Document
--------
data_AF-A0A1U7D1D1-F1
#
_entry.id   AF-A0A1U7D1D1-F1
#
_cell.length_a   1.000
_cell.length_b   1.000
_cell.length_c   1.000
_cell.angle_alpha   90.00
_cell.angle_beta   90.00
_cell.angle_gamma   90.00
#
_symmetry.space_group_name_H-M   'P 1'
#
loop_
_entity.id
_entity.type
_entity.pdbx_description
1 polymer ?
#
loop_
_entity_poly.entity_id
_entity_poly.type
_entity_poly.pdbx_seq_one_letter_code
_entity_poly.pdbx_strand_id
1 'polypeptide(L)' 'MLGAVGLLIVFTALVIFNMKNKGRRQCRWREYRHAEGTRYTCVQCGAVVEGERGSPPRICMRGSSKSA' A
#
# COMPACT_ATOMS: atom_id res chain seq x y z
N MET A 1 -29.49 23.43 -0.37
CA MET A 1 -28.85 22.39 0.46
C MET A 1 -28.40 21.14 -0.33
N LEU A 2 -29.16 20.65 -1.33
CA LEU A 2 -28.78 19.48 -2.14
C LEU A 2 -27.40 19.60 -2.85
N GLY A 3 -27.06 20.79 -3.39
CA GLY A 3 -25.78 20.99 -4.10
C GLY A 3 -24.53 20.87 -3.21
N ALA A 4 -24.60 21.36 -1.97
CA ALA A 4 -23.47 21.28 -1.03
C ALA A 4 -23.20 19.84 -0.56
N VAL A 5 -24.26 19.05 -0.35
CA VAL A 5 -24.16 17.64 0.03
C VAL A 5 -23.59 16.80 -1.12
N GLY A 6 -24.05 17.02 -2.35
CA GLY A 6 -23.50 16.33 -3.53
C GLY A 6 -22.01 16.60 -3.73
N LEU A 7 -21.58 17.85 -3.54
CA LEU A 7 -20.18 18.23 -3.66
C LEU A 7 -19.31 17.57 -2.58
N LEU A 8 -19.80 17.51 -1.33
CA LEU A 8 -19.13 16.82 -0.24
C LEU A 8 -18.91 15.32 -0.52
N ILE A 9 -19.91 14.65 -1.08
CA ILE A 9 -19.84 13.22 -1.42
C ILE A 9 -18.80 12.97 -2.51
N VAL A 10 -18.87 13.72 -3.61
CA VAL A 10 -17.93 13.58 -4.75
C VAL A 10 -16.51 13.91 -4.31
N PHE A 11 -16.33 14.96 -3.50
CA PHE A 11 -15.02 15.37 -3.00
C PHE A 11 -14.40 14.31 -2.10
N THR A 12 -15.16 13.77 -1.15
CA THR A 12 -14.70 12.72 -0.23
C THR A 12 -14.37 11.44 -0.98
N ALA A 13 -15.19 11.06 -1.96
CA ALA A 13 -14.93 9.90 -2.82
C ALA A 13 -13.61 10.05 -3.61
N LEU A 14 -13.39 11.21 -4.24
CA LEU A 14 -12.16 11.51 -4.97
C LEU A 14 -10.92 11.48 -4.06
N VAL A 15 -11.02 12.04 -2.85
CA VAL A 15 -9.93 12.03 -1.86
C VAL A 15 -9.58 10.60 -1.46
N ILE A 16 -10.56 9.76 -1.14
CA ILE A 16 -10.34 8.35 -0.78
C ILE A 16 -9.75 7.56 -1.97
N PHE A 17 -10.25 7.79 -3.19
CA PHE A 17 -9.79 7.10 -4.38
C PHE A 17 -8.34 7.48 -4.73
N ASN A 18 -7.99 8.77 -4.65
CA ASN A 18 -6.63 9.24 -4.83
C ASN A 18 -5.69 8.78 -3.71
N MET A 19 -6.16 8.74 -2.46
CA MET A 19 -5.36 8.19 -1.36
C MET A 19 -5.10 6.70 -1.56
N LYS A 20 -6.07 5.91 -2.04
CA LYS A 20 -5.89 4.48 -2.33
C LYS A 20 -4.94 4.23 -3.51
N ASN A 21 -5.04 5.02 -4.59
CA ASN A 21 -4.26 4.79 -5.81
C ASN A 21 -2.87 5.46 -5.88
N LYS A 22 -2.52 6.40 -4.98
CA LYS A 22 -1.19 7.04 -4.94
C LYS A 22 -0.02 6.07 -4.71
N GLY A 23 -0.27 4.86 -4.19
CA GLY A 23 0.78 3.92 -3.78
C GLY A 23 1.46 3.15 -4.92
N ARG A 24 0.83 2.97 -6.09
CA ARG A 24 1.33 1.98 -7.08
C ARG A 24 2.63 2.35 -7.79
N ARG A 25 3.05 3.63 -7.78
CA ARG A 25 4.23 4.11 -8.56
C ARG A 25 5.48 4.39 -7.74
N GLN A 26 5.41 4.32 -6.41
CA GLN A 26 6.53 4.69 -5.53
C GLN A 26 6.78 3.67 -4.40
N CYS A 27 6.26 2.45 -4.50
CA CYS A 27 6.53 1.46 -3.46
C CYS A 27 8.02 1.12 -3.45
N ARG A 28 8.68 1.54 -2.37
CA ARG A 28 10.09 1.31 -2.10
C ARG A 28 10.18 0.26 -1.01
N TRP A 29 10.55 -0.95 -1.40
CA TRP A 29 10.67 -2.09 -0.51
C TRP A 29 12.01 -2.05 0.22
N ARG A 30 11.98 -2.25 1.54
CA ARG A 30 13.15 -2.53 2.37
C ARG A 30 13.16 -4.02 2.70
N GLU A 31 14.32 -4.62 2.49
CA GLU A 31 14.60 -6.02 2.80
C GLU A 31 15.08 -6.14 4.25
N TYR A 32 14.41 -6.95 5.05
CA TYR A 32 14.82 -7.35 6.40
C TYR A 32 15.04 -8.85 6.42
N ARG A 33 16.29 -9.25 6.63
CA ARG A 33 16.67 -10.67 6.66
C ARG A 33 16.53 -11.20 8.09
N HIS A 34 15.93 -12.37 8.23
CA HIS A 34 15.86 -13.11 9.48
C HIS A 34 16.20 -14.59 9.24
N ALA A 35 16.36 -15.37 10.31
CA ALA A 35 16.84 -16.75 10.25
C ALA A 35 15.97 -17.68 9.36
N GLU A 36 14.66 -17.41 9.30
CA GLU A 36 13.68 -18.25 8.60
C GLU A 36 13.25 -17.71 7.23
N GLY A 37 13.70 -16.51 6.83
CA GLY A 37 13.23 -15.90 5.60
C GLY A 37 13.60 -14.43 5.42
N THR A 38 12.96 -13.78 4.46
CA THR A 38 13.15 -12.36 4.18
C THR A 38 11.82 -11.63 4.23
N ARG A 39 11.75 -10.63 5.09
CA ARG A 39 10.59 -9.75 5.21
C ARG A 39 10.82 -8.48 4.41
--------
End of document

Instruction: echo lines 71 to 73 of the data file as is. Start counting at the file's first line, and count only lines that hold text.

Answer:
CA VAL A 15 -9.93 12.03 -1.86
C VAL A 15 -9.58 10.60 -1.46
N ILE A 16 -10.56 9.76 -1.14